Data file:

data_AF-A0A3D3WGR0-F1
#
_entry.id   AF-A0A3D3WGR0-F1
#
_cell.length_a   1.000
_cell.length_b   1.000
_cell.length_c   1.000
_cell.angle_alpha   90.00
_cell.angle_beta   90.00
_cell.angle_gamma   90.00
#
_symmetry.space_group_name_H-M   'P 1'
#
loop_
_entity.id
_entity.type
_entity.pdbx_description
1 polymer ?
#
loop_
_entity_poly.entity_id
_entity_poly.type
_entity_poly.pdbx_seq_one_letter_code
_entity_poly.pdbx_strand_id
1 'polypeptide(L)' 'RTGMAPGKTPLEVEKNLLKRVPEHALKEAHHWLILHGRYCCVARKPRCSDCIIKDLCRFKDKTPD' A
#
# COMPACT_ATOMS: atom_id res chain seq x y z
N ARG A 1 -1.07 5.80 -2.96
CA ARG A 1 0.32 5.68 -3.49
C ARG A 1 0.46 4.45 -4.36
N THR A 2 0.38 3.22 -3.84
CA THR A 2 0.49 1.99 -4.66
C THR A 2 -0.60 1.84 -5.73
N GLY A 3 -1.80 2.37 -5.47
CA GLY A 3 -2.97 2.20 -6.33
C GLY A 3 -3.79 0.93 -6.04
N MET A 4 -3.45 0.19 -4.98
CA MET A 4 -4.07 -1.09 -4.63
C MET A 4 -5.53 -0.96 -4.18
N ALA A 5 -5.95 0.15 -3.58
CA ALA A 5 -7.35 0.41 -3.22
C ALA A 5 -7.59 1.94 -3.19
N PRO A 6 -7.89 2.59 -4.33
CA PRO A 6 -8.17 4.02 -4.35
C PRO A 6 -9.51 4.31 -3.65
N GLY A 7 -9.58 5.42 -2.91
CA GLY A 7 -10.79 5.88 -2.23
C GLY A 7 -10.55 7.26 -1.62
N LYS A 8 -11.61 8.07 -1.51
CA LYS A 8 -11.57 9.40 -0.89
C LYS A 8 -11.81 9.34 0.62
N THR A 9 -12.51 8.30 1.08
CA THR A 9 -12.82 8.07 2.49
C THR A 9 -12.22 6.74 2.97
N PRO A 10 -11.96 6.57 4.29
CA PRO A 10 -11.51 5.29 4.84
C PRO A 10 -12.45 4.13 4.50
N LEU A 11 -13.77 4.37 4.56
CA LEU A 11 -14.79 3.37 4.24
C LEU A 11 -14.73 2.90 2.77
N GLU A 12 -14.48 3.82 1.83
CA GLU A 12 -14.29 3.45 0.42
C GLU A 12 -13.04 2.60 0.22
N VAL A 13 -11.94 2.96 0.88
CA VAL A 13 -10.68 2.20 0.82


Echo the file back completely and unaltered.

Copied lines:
data_AF-A0A3D3WGR0-F1
#
_entry.id   AF-A0A3D3WGR0-F1
#
_cell.length_a   1.000
_cell.length_b   1.000
_cell.length_c   1.000
_cell.angle_alpha   90.00
_cell.angle_beta   90.00
_cell.angle_gamma   90.00
#
_symmetry.space_group_name_H-M   'P 1'
#
loop_
_entity.id
_entity.type
_entity.pdbx_description
1 polymer ?
#
loop_
_entity_poly.entity_id
_entity_poly.type
_entity_poly.pdbx_seq_one_letter_code
_entity_poly.pdbx_strand_id
1 'polypeptide(L)' 'RTGMAPGKTPLEVEKNLLKRVPEHALKEAHHWLILHGRYCCVARKPRCSDCIIKDLCRFKDKTPD' A
#
# COMPACT_ATOMS: atom_id res chain seq x y z
N ARG A 1 -1.07 5.80 -2.96
CA ARG A 1 0.32 5.68 -3.49
C ARG A 1 0.46 4.45 -4.36
N THR A 2 0.38 3.22 -3.84
CA THR A 2 0.49 1.99 -4.66
C THR A 2 -0.60 1.84 -5.73
N GLY A 3 -1.80 2.37 -5.47
CA GLY A 3 -2.97 2.20 -6.33
C GLY A 3 -3.79 0.93 -6.04
N MET A 4 -3.45 0.19 -4.98
CA MET A 4 -4.07 -1.09 -4.63
C MET A 4 -5.53 -0.96 -4.18
N ALA A 5 -5.95 0.15 -3.58
CA ALA A 5 -7.35 0.41 -3.22
C ALA A 5 -7.59 1.94 -3.19
N PRO A 6 -7.89 2.59 -4.33
CA PRO A 6 -8.17 4.02 -4.35
C PRO A 6 -9.51 4.31 -3.65
N GLY A 7 -9.58 5.42 -2.91
CA GLY A 7 -10.79 5.88 -2.23
C GLY A 7 -10.55 7.26 -1.62
N LYS A 8 -11.61 8.07 -1.51
CA LYS A 8 -11.57 9.40 -0.89
C LYS A 8 -11.81 9.34 0.62
N THR A 9 -12.51 8.30 1.08
CA THR A 9 -12.82 8.07 2.49
C THR A 9 -12.22 6.74 2.97
N PRO A 10 -11.96 6.57 4.29
CA PRO A 10 -11.51 5.29 4.84
C PRO A 10 -12.45 4.13 4.50
N LEU A 11 -13.77 4.37 4.56
CA LEU A 11 -14.79 3.37 4.24
C LEU A 11 -14.73 2.90 2.77
N GLU A 12 -14.48 3.82 1.83
CA GLU A 12 -14.29 3.45 0.42
C GLU A 12 -13.04 2.60 0.22
N VAL A 13 -11.94 2.96 0.88
CA VAL A 13 -10.68 2.20 0.82